Reasonable Answers For Everyday Thinkers
The Paradox of the Stone
This is actually a very old argument against God’s existence that came from the medieval period when people were trying to understand the concept of omnipotence. If God is all powerful he should be able to do anything. Right? What are the hidden assumptions in the ‘Paradox of the Stone’? Lets take a look.
Omnipotence means that God can do anything that power can accomplish. This is an attribute of God’s nature.
Genesis 18:14 “Is anything to hard for the Lord?”
Jeremiah 32:17 “Ah, Sovereign Lord, you have made the heavens and the earth by your great power and outstretched arm. Nothing is too hard for you.”
Here we see that nothing is too difficult for God. But how do we reconcile other scripture verses that say that God cannot do certain things1?
- God can’t get tired.
Have you not known? Have you not heard? The everlasting God, the Lord, the Creator of the ends of the earth, neither faints nor is weary.
- God can’t take on a job he can’t handle.
Ah, Lord God! Behold, you have made the heavens and the earth by your great power and outstretched arm. There is nothing too hard for you.
- God can’t be unholy.
And one cried to another and said: “Holy, holy, holy is the Lord of hosts; the whole earth is full of his glory!”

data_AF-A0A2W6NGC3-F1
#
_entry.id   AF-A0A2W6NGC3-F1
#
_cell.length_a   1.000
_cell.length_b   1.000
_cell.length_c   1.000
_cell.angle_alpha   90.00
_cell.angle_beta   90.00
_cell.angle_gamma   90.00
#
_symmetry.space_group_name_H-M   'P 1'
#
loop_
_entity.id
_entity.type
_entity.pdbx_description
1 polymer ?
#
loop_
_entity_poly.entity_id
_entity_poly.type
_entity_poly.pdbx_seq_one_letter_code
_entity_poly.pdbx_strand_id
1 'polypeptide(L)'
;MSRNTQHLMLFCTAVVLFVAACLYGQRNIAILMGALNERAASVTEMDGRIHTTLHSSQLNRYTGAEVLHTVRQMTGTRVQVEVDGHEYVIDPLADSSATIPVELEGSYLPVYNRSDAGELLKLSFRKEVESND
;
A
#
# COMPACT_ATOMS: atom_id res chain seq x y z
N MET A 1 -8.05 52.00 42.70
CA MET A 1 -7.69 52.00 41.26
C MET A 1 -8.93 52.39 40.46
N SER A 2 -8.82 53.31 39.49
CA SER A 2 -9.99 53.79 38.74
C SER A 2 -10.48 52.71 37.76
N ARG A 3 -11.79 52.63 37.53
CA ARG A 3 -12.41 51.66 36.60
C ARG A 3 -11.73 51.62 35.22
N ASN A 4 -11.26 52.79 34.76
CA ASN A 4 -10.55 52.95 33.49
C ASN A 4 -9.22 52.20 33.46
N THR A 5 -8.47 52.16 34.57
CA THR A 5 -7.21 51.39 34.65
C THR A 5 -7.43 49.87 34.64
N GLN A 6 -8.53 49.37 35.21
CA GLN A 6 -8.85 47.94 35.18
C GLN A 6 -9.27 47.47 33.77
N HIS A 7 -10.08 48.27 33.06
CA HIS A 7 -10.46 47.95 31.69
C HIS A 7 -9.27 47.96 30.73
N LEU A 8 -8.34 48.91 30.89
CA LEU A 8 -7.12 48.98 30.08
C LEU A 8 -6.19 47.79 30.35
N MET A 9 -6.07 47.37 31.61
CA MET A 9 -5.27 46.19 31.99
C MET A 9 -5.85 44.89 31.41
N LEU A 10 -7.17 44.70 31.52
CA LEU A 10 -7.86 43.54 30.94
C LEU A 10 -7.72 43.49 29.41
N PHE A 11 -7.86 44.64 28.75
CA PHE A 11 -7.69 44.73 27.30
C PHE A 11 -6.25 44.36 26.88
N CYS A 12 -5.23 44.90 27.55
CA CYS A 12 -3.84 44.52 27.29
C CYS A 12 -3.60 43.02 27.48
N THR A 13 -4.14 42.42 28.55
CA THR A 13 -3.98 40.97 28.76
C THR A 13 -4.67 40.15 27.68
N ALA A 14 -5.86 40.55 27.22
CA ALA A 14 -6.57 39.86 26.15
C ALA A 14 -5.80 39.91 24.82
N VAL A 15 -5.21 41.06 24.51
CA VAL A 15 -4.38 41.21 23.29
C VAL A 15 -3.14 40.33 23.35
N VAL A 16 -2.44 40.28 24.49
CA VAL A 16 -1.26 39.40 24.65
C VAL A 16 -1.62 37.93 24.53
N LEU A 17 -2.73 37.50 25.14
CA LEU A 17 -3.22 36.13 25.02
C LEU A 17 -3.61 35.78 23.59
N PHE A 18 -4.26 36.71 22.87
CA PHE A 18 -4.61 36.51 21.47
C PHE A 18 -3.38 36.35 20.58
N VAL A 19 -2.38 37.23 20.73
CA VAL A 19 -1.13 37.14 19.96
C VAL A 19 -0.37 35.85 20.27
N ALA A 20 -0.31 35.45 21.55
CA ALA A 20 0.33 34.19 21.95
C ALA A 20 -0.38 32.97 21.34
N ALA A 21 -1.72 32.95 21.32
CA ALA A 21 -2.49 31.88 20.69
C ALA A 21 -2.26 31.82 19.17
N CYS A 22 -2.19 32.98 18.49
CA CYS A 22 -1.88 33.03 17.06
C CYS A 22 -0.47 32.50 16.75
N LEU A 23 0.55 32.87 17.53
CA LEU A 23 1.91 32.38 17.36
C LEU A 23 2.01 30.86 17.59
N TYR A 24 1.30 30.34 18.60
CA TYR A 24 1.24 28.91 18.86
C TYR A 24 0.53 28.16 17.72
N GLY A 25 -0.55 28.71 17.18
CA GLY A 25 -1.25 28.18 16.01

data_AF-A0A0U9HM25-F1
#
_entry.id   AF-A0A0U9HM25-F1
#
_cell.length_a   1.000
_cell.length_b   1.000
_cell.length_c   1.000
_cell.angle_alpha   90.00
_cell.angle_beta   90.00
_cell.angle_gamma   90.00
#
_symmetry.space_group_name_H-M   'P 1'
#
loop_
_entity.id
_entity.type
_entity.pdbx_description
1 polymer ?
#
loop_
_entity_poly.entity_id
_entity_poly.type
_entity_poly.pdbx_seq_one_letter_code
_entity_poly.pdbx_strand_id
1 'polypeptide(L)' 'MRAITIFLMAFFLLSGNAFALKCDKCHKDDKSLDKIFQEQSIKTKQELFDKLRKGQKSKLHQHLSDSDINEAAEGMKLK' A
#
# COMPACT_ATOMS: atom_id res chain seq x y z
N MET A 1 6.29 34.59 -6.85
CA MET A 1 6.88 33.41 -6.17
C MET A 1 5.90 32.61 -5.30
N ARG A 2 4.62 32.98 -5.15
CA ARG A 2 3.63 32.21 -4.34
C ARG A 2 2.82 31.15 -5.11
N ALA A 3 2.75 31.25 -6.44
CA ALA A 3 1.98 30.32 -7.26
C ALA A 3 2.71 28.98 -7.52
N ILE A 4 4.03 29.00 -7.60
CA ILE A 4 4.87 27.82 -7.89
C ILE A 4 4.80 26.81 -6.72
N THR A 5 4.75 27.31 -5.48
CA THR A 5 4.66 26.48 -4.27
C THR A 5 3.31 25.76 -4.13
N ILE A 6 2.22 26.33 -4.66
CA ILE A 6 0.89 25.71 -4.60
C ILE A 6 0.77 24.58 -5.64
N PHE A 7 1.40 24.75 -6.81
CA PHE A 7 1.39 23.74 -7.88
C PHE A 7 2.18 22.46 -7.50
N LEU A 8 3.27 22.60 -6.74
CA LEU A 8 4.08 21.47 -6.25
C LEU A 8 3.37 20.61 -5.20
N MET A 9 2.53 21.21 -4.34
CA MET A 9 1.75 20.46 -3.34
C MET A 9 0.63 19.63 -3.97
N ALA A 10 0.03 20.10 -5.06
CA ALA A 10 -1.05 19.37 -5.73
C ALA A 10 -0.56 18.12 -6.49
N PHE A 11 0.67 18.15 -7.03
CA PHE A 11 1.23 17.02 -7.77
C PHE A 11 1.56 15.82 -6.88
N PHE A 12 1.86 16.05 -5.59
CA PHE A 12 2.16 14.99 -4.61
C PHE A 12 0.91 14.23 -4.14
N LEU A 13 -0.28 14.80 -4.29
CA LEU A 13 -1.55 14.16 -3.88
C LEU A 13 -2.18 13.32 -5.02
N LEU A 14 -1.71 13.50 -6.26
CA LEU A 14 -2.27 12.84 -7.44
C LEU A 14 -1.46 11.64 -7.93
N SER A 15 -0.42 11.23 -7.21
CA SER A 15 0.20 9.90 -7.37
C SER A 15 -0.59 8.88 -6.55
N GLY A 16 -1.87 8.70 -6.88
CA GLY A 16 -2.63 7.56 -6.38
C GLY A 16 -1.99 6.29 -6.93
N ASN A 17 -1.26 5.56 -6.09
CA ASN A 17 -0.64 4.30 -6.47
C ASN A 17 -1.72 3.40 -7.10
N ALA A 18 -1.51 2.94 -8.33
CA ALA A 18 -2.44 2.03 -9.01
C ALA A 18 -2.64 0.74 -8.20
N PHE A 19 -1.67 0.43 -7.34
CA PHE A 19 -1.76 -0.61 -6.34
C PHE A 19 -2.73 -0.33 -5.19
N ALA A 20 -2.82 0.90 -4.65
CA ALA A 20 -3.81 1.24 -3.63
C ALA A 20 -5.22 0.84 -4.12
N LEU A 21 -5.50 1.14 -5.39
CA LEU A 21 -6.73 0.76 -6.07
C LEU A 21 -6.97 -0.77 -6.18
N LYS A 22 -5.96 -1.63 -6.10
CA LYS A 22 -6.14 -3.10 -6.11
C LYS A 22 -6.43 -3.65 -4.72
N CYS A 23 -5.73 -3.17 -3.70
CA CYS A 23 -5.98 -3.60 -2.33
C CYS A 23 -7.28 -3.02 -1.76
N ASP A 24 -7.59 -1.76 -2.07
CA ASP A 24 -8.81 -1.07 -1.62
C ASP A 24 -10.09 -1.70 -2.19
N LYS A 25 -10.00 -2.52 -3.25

- God can’t be prejudiced.
In truth I perceive that God shows no partiality. But in every nation whoever fears him and works righteousness is accepted by him.
- God can’t break a promise.
My covenant I will not break, nor alter the word that has gone out of my lips.
- God can’t remember sins he’s chosen to forget.
I, even I, am he who blots out your transgressions for my own sake; and I will not remember your sins.
- God can’t make a loser.
Now thanks be to God who always leads us in triumph in Christ.
—2 Corinthians 2:14
- God can’t abandon you.
Be strong and of good courage, do not fear nor be afraid of them; for the Lord your God, he is the one who goes with you. He will not leave you nor forsake you.
- God can’t stop thinking about you.
How precious also are your thoughts to me, O God! How great is the sum of them! If I should count them, they would be more in number than the sand; when I awake, I am still with you.
- God can’t stop loving you.
Yes, I have loved you with an everlasting love; therefore with lovingkindness I have drawn you.
So, can God do anything? This might be a lay understanding of God’s omnipotence but it quickly becomes problematic. A more carful definition proves helpful.
A contemporary philosopher Richard Swinburne describes God’s omnipotence as follows.
“God is omnipotent in the sense (roughly) that he can do whatever it is logically possible that he do. The qualification in the last clause is important. There are some apparent states of affairs, the description of which involves a logical contradiction”
This is to say, that God cannot contradict his own character. This understanding is helpful because there is no possible world2
in which God can make a square-circle, for instance. The concept of a round object with no sides is in direct contradiction to a four sided object, hence it is logically fallacious. With this helpful definition we can see that God is not limited in his ability simply because the logic is problematic. With this new definition the problem goes away, but now lets look at the hidden assumption within the question.